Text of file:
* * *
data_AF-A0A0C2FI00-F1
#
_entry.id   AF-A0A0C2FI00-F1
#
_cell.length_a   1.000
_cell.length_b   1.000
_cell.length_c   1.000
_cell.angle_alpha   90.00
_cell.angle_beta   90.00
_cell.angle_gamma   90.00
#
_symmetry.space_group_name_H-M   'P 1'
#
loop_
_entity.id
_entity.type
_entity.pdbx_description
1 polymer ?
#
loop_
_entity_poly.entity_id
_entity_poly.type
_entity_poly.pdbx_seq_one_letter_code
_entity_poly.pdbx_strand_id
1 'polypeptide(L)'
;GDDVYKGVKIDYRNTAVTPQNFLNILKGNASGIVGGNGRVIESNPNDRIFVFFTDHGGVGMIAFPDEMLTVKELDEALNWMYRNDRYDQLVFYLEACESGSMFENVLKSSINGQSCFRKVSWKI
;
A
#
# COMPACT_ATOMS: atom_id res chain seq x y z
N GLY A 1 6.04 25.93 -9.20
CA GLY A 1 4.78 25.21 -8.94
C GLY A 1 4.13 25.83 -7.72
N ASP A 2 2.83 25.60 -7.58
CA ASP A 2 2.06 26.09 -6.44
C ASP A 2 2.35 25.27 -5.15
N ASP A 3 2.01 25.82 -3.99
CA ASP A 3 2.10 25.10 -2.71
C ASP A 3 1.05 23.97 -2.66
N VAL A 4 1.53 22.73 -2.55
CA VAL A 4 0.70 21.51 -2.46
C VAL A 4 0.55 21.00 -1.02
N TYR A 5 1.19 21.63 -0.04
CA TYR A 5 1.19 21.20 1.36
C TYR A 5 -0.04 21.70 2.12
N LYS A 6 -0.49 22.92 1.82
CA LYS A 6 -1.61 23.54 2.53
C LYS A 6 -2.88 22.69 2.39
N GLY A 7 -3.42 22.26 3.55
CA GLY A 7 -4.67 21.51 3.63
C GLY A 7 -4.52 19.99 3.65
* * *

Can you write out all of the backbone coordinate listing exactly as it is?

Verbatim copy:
data_AF-A0A0C2FI00-F1
#
_entry.id   AF-A0A0C2FI00-F1
#
_cell.length_a   1.000
_cell.length_b   1.000
_cell.length_c   1.000
_cell.angle_alpha   90.00
_cell.angle_beta   90.00
_cell.angle_gamma   90.00
#
_symmetry.space_group_name_H-M   'P 1'
#
loop_
_entity.id
_entity.type
_entity.pdbx_description
1 polymer ?
#
loop_
_entity_poly.entity_id
_entity_poly.type
_entity_poly.pdbx_seq_one_letter_code
_entity_poly.pdbx_strand_id
1 'polypeptide(L)'
;GDDVYKGVKIDYRNTAVTPQNFLNILKGNASGIVGGNGRVIESNPNDRIFVFFTDHGGVGMIAFPDEMLTVKELDEALNWMYRNDRYDQLVFYLEACESGSMFENVLKSSINGQSCFRKVSWKI
;
A
#
# COMPACT_ATOMS: atom_id res chain seq x y z
N GLY A 1 6.04 25.93 -9.20
CA GLY A 1 4.78 25.21 -8.94
C GLY A 1 4.13 25.83 -7.72
N ASP A 2 2.83 25.60 -7.58
CA ASP A 2 2.06 26.09 -6.44
C ASP A 2 2.35 25.27 -5.15
N ASP A 3 2.01 25.82 -3.99
CA ASP A 3 2.10 25.10 -2.71
C ASP A 3 1.05 23.97 -2.66
N VAL A 4 1.53 22.73 -2.55
CA VAL A 4 0.70 21.51 -2.46
C VAL A 4 0.55 21.00 -1.02
N TYR A 5 1.19 21.63 -0.04
CA TYR A 5 1.19 21.20 1.36
C TYR A 5 -0.04 21.70 2.12
N LYS A 6 -0.49 22.92 1.82
CA LYS A 6 -1.61 23.54 2.53
C LYS A 6 -2.88 22.69 2.39
N GLY A 7 -3.42 22.26 3.55
CA GLY A 7 -4.67 21.51 3.63
C GLY A 7 -4.52 19.99 3.65